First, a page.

Shareholders Gorge on Payouts as Tax Hike Nears

Photograph by Jodi Jacobson

One boom, megabust, and sort-of-boom after they first went into effect, the expiration of George W. Bush-era tax cuts could goose the top individual dividend income-tax rates to more than 43 percent from the current 15 percent. This comes at a time when companies in the Standard & Poor’s 500-stock index lug about $900 billion in cash, a 40 percent jump since 2008 that has made them net suppliers of cash to the rest of the economy.

So then what better time than these waning days of 2012 for corporate managers—most often major shareholders themselves—to issue special, one-time dividends? In the spirit of the holiday season, too. It stands to reason that the closer the economy gets to falling off the fiscal cliff, the more likely boards would be to sign off on such payouts. The recent precedent for this was the final quarter of 2010, when companies raced to pay out extra cash on concerns that President Obama and the Republican Congress would not extend Bush-era tax cuts past the end of the year (that ball was effectively punted to the present).

A bit of history. Following Bush’s midterm electoral mandate 10 years ago, the president spent a chunk of his political capital on a 2003 tax plan (PDF) that slashed rates on corporate dividends. The rationale was that more take-home from equity dividends would be both a boon to investors (and their disposable income) hit by a bear market, and a way to realign the interests of corporations and households in the wake of Enron, WorldCom, and the unearthing of Wall Street rot. Market talking heads swore that the shareholder-friendly move would inspire a renaissance in investing for income.

In practice, investors displayed no particular rush to buy major dividend-payers. If anything, the 2008-09 meltdown induced a record number of blue chips to slash their payouts—unthinkable last resorts for the bulge-bracketed likes of General Electric, Pfizer, and Citigroup.

Today, however, corporate profits are at a record and the Federal Reserve-stoked Great Yield Hunt has sent tens of billions of dollars into junk bond and dividend-stock funds.

“Providing a special dividend to shareholders might be a good idea to consider in light of the election turnout,” says Joseph Perry, a partner in charge of tax and business services with accounting firm Marcum, which last month joined with broker Twenty-First Securities to urge companies to pay out early and often. “If you assume that dividend tax rates will go up next year, it is prudent to help your long-term shareholders before Dec. 31.” Perry says this can be accomplished either by paying out any cash dividends before year-end or by paying a stock dividend, which is generally not taxed until the stock is sold (thereby allowing investors to defer taxes until they sell their shares, and to take advantage of a long-term capital gains rate that even under the Obama plan would still be half the maximum dividend tax rate).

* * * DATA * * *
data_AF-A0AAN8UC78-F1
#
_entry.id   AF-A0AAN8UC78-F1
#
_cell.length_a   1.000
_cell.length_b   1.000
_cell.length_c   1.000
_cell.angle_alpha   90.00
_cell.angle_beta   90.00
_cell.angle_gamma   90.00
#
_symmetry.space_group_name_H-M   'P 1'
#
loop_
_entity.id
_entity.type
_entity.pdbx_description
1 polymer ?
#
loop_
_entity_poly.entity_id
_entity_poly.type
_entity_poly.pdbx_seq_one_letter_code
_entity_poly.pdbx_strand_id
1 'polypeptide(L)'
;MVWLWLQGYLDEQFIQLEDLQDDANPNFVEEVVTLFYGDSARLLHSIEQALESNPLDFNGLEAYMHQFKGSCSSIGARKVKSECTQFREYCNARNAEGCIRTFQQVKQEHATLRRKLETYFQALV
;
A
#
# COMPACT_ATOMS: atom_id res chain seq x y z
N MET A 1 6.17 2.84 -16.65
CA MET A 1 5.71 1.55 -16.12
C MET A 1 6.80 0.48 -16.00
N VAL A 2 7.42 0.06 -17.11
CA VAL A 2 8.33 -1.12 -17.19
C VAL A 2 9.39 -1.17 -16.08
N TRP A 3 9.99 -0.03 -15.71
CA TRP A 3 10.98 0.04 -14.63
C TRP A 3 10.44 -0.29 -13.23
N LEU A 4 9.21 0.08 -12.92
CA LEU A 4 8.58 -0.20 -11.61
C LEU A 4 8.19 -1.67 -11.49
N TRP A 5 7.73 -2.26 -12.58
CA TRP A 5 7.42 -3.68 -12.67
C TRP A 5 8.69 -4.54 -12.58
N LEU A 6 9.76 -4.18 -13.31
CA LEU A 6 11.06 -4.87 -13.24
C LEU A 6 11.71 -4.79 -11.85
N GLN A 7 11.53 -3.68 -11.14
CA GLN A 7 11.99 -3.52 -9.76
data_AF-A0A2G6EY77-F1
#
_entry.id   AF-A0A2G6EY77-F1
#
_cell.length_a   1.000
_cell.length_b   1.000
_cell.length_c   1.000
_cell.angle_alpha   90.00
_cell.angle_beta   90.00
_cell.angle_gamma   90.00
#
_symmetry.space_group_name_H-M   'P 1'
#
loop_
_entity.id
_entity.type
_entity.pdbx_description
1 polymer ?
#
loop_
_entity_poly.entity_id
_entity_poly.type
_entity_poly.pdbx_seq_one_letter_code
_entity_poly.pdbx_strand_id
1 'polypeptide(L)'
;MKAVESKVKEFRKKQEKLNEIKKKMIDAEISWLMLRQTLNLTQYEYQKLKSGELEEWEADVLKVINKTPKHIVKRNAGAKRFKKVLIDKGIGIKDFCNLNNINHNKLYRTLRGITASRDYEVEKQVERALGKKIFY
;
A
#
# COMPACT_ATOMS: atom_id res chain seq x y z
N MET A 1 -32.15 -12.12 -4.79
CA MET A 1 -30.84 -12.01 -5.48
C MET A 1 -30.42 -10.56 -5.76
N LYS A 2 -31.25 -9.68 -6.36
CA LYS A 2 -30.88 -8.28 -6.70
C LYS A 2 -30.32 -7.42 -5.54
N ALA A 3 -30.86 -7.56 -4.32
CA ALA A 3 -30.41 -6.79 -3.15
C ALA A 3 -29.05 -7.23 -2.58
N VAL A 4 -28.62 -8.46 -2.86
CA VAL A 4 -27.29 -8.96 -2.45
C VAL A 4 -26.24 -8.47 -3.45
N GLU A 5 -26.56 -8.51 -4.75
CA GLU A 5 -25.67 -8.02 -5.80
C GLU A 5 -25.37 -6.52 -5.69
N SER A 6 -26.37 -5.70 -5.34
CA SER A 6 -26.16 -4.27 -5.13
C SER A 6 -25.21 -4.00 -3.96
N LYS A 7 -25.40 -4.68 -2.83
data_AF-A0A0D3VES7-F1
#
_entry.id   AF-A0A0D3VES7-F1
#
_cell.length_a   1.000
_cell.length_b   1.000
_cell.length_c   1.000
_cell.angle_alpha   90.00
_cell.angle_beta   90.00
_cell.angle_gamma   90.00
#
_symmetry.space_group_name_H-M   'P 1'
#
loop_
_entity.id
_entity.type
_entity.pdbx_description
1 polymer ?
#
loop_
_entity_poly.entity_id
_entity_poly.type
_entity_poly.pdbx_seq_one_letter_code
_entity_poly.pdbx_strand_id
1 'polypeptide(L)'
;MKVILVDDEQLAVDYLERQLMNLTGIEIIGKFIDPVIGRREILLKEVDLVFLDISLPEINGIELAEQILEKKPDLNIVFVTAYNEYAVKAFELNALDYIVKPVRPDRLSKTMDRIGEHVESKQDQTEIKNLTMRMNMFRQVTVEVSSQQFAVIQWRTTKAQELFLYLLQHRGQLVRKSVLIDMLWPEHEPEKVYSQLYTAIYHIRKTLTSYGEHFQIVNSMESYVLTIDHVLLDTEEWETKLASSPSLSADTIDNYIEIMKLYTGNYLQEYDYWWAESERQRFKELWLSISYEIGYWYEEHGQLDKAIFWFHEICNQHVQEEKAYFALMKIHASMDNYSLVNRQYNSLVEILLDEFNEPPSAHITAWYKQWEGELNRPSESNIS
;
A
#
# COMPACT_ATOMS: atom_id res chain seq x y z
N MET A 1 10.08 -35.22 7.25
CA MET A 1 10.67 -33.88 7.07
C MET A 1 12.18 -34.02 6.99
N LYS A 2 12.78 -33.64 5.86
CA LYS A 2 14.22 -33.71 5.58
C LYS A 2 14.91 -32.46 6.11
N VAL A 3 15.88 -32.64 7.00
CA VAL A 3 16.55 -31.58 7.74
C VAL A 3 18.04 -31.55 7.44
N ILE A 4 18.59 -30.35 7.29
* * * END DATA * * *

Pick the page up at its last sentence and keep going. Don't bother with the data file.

The calculus is a confusing one. Perry says that this time of year is normally when investors look to harvest losses, accelerate deductions, postpone income, and invest in companies that don’t pay dividends. “But for this year-end,” he says, “they need to do the opposite.”

The news tape increasingly has headlines from companies that get the need to shovel out excess cash while the shoveling’s cheap.

The Buckle, a retailer based in Kearney, Neb., just announced a $4.50 special dividend in addition to its usual 20¢ quarterly dividend. By grouping the moves together, the company is effectively rewarding its investors with a 10 percent dividend. Last month, Trinity Bank in Fort Worth said it would pay (PDF) a special, one-time dividend to shareholders of $1 per share in addition to its second cash dividend of 20¢. ”We don’t know what the dividend tax rate will be in 2013,” said President Jeffrey Harp in the statement. “But we know it will be higher. We can provide some tangible return now to our shareholders in the most tax-advantageous manner possible.”

And just ahead of the election, Commerce Bancshares of Kansas City, Mo., announced a special, one-time dividend of $1.50 a share in addition to its usual quarterly outlay of 23¢. “Given the potential significant increases in tax rates on dividends beginning next year, and our strong levels of capital, it is an opportune time to provide this special dividend distribution to our shareholders before the end of the year,” Chief Executive David Kemper remarked. Commerce also said that it would issue a 5 percent stock dividend in December.

According to Sandler O’Neill & Partners, the median percentage of community banks’ earnings paid as dividends was 26.4 percent in the third quarter, which is down from 44 percent three years ago.

Depending on your worldview, that is a good or bad thing. Good: Such financial institutions are profitable enough to comfortably return money to shareholders. Bad: They can (and should) pay out much more. Writ large, this gets at a bigger tension: The desire for bigger dividends competes with chastened corporations’ desire to hoard cash to avoid a 2008-09-like brush with death.

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